Sport Conventions

Resolution Doping in Sport (86/4)

The European Ministers responsible for Sport, meeting in Dublin for their 5th Conference from 30 September to 2 October 1986,

Welcoming the several developments both at national and at international level reported to the conference on measures designed to implement the European Anti-Doping Charter for Sport adopted at their 4th Conference;

Thanking the international sports organisations for their co-operation in this matter;

Determined to do all in their power, both at governmental level and in co-operation with the sports movement, to eradicate doping in sport;

Welcoming the positive proposals made, inter alia, by the Canadian Minister responsible for Sport, on future action to widen the impact of the European Anti-Doping Charter for Sport, and accepting his offer to collaborate with the Council of Europe member states and other nations with this objective in view;


to encourage, in accordance with the principles set out in the European Anti-Doping Charter for Sport, the working out of measures, where necessary, in order to reduce trafficking in doping agents and to promote preventive aspects, including educational campaigns;

to encourage sports organisations and schools to carry out information and educational campaigns, so as to draw the attention of athletes and young people in general to the fact that doping is both dangerous and unfair, and defend the ethical and physical value of sport;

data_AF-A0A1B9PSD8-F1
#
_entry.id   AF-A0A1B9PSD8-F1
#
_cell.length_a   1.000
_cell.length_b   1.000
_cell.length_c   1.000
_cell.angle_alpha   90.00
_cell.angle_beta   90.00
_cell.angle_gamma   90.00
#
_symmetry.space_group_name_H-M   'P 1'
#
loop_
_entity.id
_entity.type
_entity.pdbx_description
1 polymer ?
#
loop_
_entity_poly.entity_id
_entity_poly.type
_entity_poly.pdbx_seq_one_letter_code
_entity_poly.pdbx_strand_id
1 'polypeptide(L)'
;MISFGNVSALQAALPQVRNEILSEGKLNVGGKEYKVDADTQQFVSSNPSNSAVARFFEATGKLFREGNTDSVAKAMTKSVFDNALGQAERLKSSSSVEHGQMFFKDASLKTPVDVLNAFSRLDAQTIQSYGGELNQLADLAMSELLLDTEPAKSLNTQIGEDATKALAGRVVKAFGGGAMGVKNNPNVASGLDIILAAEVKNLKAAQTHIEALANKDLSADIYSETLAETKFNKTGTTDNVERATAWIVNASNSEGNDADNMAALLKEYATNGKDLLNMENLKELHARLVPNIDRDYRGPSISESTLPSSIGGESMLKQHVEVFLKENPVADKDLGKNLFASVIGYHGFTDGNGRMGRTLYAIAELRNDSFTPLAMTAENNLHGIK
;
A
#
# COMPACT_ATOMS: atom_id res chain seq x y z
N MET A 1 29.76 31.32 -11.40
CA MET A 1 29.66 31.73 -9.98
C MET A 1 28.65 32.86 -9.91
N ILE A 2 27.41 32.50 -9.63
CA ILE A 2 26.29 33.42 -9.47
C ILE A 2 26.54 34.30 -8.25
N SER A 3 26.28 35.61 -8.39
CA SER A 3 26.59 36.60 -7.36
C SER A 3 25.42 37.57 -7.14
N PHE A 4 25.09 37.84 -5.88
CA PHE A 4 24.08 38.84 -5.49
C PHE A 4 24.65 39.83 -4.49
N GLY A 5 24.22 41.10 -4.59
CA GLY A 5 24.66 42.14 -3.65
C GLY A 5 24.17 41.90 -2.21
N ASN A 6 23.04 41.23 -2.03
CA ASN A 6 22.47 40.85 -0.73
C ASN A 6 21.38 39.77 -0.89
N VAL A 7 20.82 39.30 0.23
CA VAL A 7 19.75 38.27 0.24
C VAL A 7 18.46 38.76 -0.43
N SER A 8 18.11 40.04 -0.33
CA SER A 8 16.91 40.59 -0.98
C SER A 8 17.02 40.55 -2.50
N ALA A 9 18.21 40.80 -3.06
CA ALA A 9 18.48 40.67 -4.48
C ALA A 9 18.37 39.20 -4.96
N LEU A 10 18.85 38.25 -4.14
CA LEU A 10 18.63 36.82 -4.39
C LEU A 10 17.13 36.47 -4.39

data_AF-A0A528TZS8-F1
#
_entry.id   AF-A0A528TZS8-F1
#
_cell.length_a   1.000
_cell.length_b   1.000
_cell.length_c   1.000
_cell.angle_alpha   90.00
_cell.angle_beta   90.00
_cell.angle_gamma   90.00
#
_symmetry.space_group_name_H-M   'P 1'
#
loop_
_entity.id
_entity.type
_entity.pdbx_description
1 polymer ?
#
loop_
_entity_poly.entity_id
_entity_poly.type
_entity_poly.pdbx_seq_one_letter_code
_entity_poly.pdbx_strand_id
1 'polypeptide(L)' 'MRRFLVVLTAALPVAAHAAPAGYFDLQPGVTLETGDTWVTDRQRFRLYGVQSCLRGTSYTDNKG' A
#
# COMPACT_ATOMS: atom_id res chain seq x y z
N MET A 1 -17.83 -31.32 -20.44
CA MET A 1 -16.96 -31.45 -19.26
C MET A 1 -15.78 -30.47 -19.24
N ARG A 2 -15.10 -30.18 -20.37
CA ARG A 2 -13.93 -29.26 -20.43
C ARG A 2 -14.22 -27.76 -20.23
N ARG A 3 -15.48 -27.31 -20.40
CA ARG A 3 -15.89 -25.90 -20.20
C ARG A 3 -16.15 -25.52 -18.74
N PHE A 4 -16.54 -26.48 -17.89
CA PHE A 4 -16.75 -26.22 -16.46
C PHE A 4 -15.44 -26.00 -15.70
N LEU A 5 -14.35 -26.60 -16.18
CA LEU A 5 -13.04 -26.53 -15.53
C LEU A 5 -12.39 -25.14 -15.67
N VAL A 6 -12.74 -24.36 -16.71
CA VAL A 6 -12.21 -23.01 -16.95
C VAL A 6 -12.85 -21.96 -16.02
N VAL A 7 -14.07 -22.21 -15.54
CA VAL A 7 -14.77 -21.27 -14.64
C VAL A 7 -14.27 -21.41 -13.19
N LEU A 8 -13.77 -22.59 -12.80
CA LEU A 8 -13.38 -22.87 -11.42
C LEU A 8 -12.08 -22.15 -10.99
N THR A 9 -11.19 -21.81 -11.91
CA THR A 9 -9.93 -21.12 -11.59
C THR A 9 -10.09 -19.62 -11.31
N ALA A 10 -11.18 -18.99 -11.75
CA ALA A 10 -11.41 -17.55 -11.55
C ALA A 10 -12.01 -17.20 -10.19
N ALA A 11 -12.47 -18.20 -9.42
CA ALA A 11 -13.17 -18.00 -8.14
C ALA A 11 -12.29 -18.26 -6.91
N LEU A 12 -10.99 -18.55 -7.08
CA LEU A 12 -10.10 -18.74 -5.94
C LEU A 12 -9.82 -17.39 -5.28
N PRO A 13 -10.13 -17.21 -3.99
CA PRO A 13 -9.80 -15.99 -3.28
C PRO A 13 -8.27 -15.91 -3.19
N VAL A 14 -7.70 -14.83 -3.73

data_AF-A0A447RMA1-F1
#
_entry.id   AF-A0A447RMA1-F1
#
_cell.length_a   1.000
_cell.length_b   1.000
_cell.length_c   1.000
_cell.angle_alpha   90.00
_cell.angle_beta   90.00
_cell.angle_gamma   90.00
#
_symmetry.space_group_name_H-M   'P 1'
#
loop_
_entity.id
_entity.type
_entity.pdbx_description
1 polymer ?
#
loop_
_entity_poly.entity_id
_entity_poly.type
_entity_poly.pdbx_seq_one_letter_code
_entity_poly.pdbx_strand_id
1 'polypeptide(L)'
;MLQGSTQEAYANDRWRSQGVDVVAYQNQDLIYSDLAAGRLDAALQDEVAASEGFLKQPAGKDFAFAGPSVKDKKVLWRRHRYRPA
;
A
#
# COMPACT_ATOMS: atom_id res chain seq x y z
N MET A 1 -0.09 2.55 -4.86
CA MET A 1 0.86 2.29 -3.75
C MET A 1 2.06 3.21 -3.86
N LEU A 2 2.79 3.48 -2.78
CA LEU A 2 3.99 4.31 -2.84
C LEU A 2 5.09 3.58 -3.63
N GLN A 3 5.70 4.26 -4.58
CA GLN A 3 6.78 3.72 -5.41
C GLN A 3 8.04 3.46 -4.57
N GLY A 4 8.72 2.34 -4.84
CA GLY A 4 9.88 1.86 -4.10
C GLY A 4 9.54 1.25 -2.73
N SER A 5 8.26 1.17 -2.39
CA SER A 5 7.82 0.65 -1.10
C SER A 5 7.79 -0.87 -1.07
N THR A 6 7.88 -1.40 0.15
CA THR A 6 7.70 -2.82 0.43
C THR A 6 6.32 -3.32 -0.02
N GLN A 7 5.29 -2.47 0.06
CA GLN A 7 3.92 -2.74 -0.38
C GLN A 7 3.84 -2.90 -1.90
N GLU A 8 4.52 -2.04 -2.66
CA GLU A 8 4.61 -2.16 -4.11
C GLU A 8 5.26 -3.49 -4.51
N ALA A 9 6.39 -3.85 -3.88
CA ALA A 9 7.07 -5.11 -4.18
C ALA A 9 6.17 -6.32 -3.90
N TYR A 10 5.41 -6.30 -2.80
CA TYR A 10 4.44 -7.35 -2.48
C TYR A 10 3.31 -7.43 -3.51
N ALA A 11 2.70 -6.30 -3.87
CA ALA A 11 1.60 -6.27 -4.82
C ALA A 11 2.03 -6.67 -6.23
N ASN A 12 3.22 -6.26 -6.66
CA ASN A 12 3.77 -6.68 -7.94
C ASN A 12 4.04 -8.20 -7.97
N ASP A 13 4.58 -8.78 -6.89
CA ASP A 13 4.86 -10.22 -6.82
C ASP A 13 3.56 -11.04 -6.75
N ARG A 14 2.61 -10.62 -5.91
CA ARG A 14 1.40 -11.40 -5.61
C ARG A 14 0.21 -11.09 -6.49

to offer their continued support to the many international and national sports organisations which have acted in accordance with the principles set out in the European Anti-Doping Charter for Sport, and to urge other sports organisations to do so;

to draw the attention of the sports organisations to the desirability of uniform and effective regulations, procedures and penalties to be applied in a consistent manner; in this context, Ministers encourage sports organisations to impose an effective penalty, normally a life ban from international competitions, as already provided for in the regulations of some sports organisations, as for example the IOC; and, because of the particular problems raised by the availability of certain doping agents, for the need for them to take adequate counter-measures, for instance in proper testing programmes, including out-of-competition controls;

to invite the sports organisations to adapt their disciplinary procedures to follow the principles set out in the conference paper MSL-5 (86) B 3, particularly with regard to a fair hearing and an appeal body;

to express their confidence that the sports organisations will continue to deal with the problems of doping in sport in accordance with their seriousness; and to thank them for their continuing co-operation with the Council of Europe on this question;

to encourage the International Olympic Committee to include clearer criteria relative to the anti-doping campaign in its own eligibility rules and bye-laws;

Invite the Committee of Ministers:

1. to consider ways in which European co-operation could help with the resolution of problems connected with the distribution and availability of certain doping agents;

2. to study ways in which the Canadian authorities could be associated with future work on doping, including the proposals set out below;

3. to ask the CDDS to follow up as soon as possible the proposals made to the conference with a view to:

a. enlarging the circle of countries or regions which could accept and begin to apply the principles laid down in the European Anti-Doping Charter for Sport;

b. encouraging the sports organisations to take further action on the measures proposed for the harmonisation of their anti-doping regulations and procedures.